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ISTH Bleeding Assessment Tool

 
ISTH Bleeding Assessment Tool

International Society on Thrombosis and Haemostasis/Scientific and Standardization Committee Bleeding Assessment Tool (ISTH BAT)

Authors/developers
Rodeghiero F, Tosetto A, Abshire T, Arnold DM, Coller B, James P, Neunert C, Lillicrap D on behalf of the ISTH/SSC Joint VWF and Perinatal/Pediatric Haemostasis Subcommittees Working Group

Questionnaire and scoring sheet

N.B.: These scores are posted with the permission of the developers.
  • Description
  • Utility
  • Administration
  • Psychometrics
  • References

The ISTH BAT is intended to be used in children and adults to diagnose mild bleeding disorders. The target population is patients who are being evaluated for a bleeding disorder for the first time.1

Contact person:
F Rodeghiero: rodeghiero@hemato.ven.it
ISTH-BAT Standing Committee:
http://www.isth.org/members/group.aspx?id=100549

Date of this review: August 20, 2013
Updated: April, 2014

Overall utility:

Useful in the clinical setting of ruling out VWD in adults and children, or assessing for possible platelet dysfunction.

Limitations:

  • Few validation studies in total and very few subtypes of patients studied
  • Has never been validated for the assessment of a suspected bleeding disorder in adults
  • Requires a skilled professional to administer

1.  Time to complete: 20 minutes

2.  Equipment/space required: None

3.  Training required: Expert-administered; no training specific to the administration of the scoring tool is required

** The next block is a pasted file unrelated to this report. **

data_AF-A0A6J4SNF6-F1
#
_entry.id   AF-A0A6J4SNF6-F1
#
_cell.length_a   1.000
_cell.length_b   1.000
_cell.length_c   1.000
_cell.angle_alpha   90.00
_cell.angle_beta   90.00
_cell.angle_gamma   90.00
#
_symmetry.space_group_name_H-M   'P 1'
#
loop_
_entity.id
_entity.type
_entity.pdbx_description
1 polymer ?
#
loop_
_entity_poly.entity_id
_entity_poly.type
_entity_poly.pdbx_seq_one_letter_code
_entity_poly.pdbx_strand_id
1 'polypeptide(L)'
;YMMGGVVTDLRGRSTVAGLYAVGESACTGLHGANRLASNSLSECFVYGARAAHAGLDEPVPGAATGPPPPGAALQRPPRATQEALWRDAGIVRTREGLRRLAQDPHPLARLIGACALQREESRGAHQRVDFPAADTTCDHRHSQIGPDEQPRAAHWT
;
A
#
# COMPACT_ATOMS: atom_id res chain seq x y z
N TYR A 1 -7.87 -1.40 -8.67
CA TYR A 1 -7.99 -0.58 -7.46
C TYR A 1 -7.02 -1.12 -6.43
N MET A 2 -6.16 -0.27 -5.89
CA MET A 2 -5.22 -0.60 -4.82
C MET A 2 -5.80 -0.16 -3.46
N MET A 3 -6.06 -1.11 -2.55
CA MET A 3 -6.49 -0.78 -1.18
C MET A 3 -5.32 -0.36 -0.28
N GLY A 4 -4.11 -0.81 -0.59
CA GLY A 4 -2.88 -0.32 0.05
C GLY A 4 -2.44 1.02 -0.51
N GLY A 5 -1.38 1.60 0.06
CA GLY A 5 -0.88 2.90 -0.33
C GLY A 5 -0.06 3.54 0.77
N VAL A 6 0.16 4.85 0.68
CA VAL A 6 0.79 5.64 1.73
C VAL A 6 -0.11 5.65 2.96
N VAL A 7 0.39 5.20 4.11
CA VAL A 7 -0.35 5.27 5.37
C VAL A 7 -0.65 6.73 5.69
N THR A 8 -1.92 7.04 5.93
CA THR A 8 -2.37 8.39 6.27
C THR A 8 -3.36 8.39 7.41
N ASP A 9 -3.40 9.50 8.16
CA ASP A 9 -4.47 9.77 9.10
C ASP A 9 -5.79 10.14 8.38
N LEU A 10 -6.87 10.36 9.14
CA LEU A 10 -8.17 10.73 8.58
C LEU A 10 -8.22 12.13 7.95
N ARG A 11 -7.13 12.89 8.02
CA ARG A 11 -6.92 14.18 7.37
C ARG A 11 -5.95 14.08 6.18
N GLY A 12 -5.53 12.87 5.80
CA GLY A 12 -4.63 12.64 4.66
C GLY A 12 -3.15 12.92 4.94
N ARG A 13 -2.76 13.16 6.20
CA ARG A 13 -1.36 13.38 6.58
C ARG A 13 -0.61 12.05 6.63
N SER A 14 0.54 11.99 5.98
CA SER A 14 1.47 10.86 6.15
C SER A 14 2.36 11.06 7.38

4.  Cost: None

5.  Scoring/scaling/interpretation of results:

  • Scale: 0–4 for each of 14 symptoms
  • Possible range of total score: 0–56
  • Differentiating features: Pediatric specific bleeding symptoms included in the “other bleeding” category
  • Abnormal bleeding score (BS): not identified

Psychometric properties:

1.  Construct validity:

Convergent validity

Divergent validity

  • No difference in bleeding score (BS) between healthy controls and subjects with heritable dysfibrinogenemia (i.e. not useful in disease with mild bleeding or no bleeding phenotype).4

Group differences

  • BSs were higher in possible platelet disorders than no bleeding disorder or mild factor deficiencies. Type 1/2 VWD was also distinguishable from mild factor deficiencies.2
  • BSs were higher in subjects being evaluated for possible platelet function disorder as compared to healthy controls.3

2.  Criterion validity:

  • Median BS was able to distinguish between type 1 or 2 VWD versus other diagnoses.2

3.  Reliability:

  • No reliability studies have been reported

4.  Responsiveness/sensitivity:

  • Ability to detect any mild bleeding disorder in the child when this tool was used to assess the symptoms in either the family of the child or the child being investigated (ROC-AUC of 0.764).2
  • Inability to detect laboratory proven platelet defects (ROC AUC of 0.5).3

Languages studied: English3,4, German2

Groups tested with this measure:

  • Children being evaluated for suspected bleeding disorder
  • Heritable dysfibrinogenemia
  • Controls (“healthy hospital staff”)

Age: Children and adults

  1. Rodeghiero F et al. ISTH/SSC bleeding assessment tool: a standardized questionnaire and a proposal for a new bleeding score for inherited bleeding disorders. J Thromb Haemost 2010; 8: 2063-2065 (plus supplementary material).
  2. Bidlingmaier C et al. Prospective evaluation of a pediatric bleeding questionnaire and the ISTH bleeding assessment tool in children and parents in routine clinical practice. J Thromb Haemost 2012; 10: 1335-1341.
  3. Lowe G et al. Utility of ISTH bleeding assessment tool in predicting platelet defects in participants with suspected platelet function disorders. J Thromb Haemost 2013 (in press).
  4. Shapiro SE et al. Clinical phenotype, laboratory features and genotype of 35 patients with heritable dysfibrinogenaemia. Br J Haematol 2013; 160: 220-227.